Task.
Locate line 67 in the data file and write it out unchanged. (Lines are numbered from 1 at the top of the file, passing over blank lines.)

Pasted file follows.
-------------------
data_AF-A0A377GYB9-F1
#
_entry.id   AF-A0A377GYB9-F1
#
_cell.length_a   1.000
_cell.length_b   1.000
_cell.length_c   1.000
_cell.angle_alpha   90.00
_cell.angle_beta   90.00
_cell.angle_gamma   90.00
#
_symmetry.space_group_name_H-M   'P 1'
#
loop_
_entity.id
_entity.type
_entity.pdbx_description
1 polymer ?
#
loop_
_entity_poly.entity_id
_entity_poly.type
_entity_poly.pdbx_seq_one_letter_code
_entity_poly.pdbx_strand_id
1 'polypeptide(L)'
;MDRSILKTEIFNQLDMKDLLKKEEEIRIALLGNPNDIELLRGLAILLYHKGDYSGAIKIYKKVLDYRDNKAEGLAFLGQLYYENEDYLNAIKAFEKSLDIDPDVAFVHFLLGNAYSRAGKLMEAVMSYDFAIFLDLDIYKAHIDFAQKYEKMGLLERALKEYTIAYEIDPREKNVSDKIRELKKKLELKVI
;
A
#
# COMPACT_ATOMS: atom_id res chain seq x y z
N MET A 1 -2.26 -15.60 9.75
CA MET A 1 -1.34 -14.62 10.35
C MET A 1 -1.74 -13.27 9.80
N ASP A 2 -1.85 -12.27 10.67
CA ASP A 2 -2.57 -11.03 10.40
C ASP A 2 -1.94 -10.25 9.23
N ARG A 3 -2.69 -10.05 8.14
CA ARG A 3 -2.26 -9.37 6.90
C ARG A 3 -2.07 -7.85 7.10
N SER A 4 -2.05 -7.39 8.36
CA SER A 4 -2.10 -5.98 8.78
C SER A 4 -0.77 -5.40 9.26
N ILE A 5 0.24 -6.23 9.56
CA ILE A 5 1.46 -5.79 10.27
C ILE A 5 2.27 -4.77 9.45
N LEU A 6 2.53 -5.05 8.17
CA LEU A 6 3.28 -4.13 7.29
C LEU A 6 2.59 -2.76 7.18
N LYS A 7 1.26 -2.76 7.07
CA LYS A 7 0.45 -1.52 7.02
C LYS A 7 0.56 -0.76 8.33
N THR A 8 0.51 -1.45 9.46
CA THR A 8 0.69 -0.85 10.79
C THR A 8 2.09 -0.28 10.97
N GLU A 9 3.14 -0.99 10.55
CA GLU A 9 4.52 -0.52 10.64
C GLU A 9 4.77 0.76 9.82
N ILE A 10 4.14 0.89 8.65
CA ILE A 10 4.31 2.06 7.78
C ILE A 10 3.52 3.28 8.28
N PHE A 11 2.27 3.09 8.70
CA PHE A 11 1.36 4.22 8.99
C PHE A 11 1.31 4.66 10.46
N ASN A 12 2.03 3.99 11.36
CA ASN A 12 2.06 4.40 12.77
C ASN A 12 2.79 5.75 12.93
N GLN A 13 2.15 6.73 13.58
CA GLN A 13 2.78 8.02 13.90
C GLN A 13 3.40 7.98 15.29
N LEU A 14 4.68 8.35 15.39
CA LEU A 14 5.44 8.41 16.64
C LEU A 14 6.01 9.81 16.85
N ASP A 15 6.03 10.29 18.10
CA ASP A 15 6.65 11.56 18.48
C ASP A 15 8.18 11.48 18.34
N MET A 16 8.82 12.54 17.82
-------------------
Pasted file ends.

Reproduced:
N GLN A 13 2.15 6.73 13.58